75% of budget from state. Today, it's about 50%. • 23% of low-income sophomores worked a job between the hours of 10pm-8am. • Survey at 10 community colleges (4312 students responding): 1 in 5 students was hungry, 13% were homeless. • 50-80% of sticker price comes from non-tuition costs. • More than 3 in 4 students attend colleges within 50 miles of their homes. Esp. true for low-income and minority students. • The average net price for a year at community college equals 40% of a low-income family's annual income. • A year at public university ranges from 16-25% of a middle-class family's annual income. • 60% of Americans ages 25-64 don't have a college credential, but 22% of them earned credits trying to get one.
for teacher effect, socioeconomic status, 8 other potentially confounding variables • 1,274 students in each condition (treatment and control) In results of the end-of-year state standardized test there was a small but statistically significant difference between the two groups, favoring those who utilized OER.
year grants to support the creation of new OER Degree programs • 38 community colleges in 13 states • Funding by Hewlett, Gates, Great Lakes Higher Education Guaranty Corp., Shelter Hill Foundation, Speedwell Foundation
every matriculated student at NCC must take. • 2017-2018 academic year--569 students took the course. • A used copy of ENGL101 textbook = $118.25. 569 x $118.25 = $67,284.25 GOALS: 1. Save students money. Measurable: compare money spent on ENGL101N textbooks at the NCC bookstore in 2018 with 2019 when OER is implemented. 2019 cost should be $0. 2. Increase the student completion rate of ENGL101N. Measurable: compare 2018 rates of completion with 2019 rates. 3. Increase the number of credits taken by our students, corresponding with our 15 to Finish efforts. Measurable: compare number of credits taken by ENGL 101N students in Fall 2018 with Fall 2019.
12 years • Jumped at the chance to be part of this OER initiative • Started my own OER “metacourse” for college comp instructors two years ago: https://ccsnh.instructure.com/courses/7200 1/19/19 Jennifer Tripp and some of her students in the English Program at NCC.
2018. • Perused dozens of OER sites, examining composition resources. • Narrowed the list down to eight resources. • Critiqued each resource and refined the list to specific chapters, sites/links, exercises, multi-media clips, etc. • Gathered exemplary essays from NCC students. • Created a list of professional essays to use with each mode of essay taught in ENGL101.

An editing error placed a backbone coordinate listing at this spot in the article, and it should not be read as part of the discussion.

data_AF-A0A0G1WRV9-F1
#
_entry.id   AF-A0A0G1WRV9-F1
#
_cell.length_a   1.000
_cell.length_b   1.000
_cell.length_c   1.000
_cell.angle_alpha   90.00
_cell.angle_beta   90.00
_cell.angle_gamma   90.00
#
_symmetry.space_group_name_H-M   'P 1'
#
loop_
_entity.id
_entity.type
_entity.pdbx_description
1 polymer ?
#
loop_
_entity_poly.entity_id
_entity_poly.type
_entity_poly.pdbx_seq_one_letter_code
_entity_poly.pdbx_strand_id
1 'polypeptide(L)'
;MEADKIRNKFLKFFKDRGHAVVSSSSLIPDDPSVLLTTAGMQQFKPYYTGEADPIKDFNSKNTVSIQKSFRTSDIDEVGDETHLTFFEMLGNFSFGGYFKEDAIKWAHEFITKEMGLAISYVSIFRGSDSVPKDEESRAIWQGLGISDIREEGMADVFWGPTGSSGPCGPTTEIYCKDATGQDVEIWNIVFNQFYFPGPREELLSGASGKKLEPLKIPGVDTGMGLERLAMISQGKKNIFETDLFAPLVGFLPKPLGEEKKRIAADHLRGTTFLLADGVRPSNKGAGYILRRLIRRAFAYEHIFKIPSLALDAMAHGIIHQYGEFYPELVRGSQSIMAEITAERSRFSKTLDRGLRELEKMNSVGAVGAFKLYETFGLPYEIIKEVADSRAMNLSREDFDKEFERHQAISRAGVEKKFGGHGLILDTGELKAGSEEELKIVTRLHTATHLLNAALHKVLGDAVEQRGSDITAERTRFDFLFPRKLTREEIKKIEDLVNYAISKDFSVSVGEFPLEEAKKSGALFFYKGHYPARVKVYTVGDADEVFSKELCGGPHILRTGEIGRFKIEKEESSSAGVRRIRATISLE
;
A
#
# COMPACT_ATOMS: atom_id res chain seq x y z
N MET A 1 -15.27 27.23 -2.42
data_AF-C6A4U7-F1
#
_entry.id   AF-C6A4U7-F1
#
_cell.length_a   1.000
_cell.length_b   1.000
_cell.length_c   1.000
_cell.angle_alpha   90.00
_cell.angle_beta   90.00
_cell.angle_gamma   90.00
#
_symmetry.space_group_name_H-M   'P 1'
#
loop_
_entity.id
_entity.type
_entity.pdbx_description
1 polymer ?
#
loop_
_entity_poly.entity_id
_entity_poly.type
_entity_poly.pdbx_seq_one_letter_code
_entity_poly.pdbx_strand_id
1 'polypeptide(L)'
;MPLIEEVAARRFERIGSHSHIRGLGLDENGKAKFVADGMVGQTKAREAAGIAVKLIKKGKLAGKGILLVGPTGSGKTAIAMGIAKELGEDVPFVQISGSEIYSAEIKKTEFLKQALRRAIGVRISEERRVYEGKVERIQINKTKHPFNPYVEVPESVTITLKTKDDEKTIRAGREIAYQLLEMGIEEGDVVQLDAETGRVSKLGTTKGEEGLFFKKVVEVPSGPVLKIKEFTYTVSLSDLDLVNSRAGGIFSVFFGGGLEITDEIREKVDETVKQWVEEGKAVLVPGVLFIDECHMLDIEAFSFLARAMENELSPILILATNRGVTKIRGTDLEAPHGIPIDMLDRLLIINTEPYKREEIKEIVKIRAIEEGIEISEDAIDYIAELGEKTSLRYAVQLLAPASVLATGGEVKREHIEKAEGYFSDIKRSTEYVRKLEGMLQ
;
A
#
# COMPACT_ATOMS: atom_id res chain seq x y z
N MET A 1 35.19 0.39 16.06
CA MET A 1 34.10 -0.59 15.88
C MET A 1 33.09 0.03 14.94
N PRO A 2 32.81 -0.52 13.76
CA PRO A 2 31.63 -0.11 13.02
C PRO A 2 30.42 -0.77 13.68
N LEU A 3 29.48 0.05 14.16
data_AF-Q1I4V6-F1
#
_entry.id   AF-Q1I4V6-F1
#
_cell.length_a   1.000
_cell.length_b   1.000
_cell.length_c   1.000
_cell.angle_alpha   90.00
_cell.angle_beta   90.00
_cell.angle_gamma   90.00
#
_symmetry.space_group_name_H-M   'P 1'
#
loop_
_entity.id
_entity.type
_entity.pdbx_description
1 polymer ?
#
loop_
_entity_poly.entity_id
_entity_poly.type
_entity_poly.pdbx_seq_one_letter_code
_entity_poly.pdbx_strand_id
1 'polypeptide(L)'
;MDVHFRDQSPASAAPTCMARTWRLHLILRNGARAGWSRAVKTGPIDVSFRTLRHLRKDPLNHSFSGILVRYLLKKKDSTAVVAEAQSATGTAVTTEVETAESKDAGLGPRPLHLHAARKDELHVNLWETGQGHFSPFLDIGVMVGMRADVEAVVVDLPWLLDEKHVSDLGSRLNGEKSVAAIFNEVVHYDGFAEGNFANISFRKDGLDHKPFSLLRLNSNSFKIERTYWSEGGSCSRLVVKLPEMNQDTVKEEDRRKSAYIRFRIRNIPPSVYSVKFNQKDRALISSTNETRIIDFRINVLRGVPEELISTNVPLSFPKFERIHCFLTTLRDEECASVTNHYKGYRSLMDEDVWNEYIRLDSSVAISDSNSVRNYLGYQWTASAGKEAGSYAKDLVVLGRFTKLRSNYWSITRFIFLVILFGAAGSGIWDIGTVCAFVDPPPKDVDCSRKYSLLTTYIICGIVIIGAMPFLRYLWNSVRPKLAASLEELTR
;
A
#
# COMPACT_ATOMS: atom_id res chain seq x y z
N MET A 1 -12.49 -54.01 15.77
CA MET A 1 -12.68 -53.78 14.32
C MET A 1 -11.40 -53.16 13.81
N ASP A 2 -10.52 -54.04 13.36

selection committees. • Living document—easy to update, and to keep fresh and engaging. • Even if there’s just one needed piece in an OER text, it can be pulled and used. Example: “Gendered and Gender-Neutral Language: As you read, you may notice that we use a variety of pronouns such as she/her, he/him, or they/them to refer to a person we’re discussing. Our goal is to represent all people, regardless of gender, and to do so in a balanced way. Therefore, in some paragraphs, we may designate “she” as the pronoun, while in others “he” will stand in for the person being written about. However, you’ll also come across “they” being used as a singular pronoun, which may be confusing at first. The pronoun “they” allows a single person to represent any gender, including those genders that aren’t accurately represented by “he” and “she.” It’s important to consider gender-neutral language in your own writing, so we wanted to make sure we modeled what that looks like in this text.” –The Word on College Writing, by Monique Babin, Carol Burnell, and Susan Pesznecker.
Design Department meeting presentation—Jan. 2019 and August 2019. 2. NCC All Faculty meeting presentation—April or May 2019. 3. CCSNH possible symposium workshop—October 2019. For Students: 1. Posters around school 2. Registrar’s Office 3. NCC Website 4. Social Media 5. 505 Review—For faculty to share with students